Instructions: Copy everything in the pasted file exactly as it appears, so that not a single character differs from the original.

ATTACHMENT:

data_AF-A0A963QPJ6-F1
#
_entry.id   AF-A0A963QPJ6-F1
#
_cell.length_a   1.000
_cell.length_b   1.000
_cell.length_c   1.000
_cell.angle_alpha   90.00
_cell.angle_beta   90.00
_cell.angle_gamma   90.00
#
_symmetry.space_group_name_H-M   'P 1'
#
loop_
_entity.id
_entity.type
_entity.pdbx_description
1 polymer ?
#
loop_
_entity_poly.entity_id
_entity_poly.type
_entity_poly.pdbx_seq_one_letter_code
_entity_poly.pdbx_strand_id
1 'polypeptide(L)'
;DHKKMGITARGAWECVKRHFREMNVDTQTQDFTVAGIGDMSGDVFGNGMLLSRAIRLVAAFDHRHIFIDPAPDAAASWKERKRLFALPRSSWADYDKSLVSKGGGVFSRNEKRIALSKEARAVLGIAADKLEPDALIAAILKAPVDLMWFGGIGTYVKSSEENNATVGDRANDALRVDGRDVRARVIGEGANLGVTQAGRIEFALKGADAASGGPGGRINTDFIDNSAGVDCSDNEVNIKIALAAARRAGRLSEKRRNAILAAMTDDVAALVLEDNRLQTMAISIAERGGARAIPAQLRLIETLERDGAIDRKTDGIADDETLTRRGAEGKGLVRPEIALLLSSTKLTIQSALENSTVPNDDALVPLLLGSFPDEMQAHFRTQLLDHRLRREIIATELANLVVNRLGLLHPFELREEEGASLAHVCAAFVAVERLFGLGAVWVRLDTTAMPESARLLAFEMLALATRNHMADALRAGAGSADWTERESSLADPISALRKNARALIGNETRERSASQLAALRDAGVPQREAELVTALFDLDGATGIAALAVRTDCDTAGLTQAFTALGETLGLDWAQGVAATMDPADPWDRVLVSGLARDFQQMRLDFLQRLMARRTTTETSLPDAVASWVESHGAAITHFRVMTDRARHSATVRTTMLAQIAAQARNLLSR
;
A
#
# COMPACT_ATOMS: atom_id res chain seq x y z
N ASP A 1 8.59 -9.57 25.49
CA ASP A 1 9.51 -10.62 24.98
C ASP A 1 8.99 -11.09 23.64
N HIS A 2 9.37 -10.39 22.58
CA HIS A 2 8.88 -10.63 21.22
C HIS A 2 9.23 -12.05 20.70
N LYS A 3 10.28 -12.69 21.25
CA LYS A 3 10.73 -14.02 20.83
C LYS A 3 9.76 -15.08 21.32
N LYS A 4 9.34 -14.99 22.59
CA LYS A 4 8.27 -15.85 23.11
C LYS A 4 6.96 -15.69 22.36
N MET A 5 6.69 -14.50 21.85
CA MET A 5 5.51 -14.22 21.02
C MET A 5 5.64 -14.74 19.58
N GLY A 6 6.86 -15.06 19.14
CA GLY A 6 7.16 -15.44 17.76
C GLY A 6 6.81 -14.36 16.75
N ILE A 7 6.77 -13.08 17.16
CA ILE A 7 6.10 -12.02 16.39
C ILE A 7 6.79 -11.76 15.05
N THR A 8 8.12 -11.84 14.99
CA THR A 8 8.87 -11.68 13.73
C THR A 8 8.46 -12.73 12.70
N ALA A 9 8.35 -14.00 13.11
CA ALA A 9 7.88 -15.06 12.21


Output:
data_AF-A0A963QPJ6-F1
#
_entry.id   AF-A0A963QPJ6-F1
#
_cell.length_a   1.000
_cell.length_b   1.000
_cell.length_c   1.000
_cell.angle_alpha   90.00
_cell.angle_beta   90.00
_cell.angle_gamma   90.00
#
_symmetry.space_group_name_H-M   'P 1'
#
loop_
_entity.id
_entity.type
_entity.pdbx_description
1 polymer ?
#
loop_
_entity_poly.entity_id
_entity_poly.type
_entity_poly.pdbx_seq_one_letter_code
_entity_poly.pdbx_strand_id
1 'polypeptide(L)'
;DHKKMGITARGAWECVKRHFREMNVDTQTQDFTVAGIGDMSGDVFGNGMLLSRAIRLVAAFDHRHIFIDPAPDAAASWKERKRLFALPRSSWADYDKSLVSKGGGVFSRNEKRIALSKEARAVLGIAADKLEPDALIAAILKAPVDLMWFGGIGTYVKSSEENNATVGDRANDALRVDGRDVRARVIGEGANLGVTQAGRIEFALKGADAASGGPGGRINTDFIDNSAGVDCSDNEVNIKIALAAARRAGRLSEKRRNAILAAMTDDVAALVLEDNRLQTMAISIAERGGARAIPAQLRLIETLERDGAIDRKTDGIADDETLTRRGAEGKGLVRPEIALLLSSTKLTIQSALENSTVPNDDALVPLLLGSFPDEMQAHFRTQLLDHRLRREIIATELANLVVNRLGLLHPFELREEEGASLAHVCAAFVAVERLFGLGAVWVRLDTTAMPESARLLAFEMLALATRNHMADALRAGAGSADWTERESSLADPISALRKNARALIGNETRERSASQLAALRDAGVPQREAELVTALFDLDGATGIAALAVRTDCDTAGLTQAFTALGETLGLDWAQGVAATMDPADPWDRVLVSGLARDFQQMRLDFLQRLMARRTTTETSLPDAVASWVESHGAAITHFRVMTDRARHSATVRTTMLAQIAAQARNLLSR
;
A
#
# COMPACT_ATOMS: atom_id res chain seq x y z
N ASP A 1 8.59 -9.57 25.49
CA ASP A 1 9.51 -10.62 24.98
C ASP A 1 8.99 -11.09 23.64
N HIS A 2 9.37 -10.39 22.58
CA HIS A 2 8.88 -10.63 21.22
C HIS A 2 9.23 -12.05 20.70
N LYS A 3 10.28 -12.69 21.25
CA LYS A 3 10.73 -14.02 20.83
C LYS A 3 9.76 -15.08 21.32
N LYS A 4 9.34 -14.99 22.59
CA LYS A 4 8.27 -15.85 23.11
C LYS A 4 6.96 -15.69 22.36
N MET A 5 6.69 -14.50 21.85
CA MET A 5 5.51 -14.22 21.02
C MET A 5 5.64 -14.74 19.58
N GLY A 6 6.86 -15.06 19.14
CA GLY A 6 7.16 -15.44 17.76
C GLY A 6 6.81 -14.36 16.75
N ILE A 7 6.77 -13.08 17.16
CA ILE A 7 6.10 -12.02 16.39
C ILE A 7 6.79 -11.76 15.05
N THR A 8 8.12 -11.84 14.99
CA THR A 8 8.87 -11.68 13.73
C THR A 8 8.46 -12.73 12.70
N ALA A 9 8.35 -14.00 13.11
CA ALA A 9 7.88 -15.06 12.21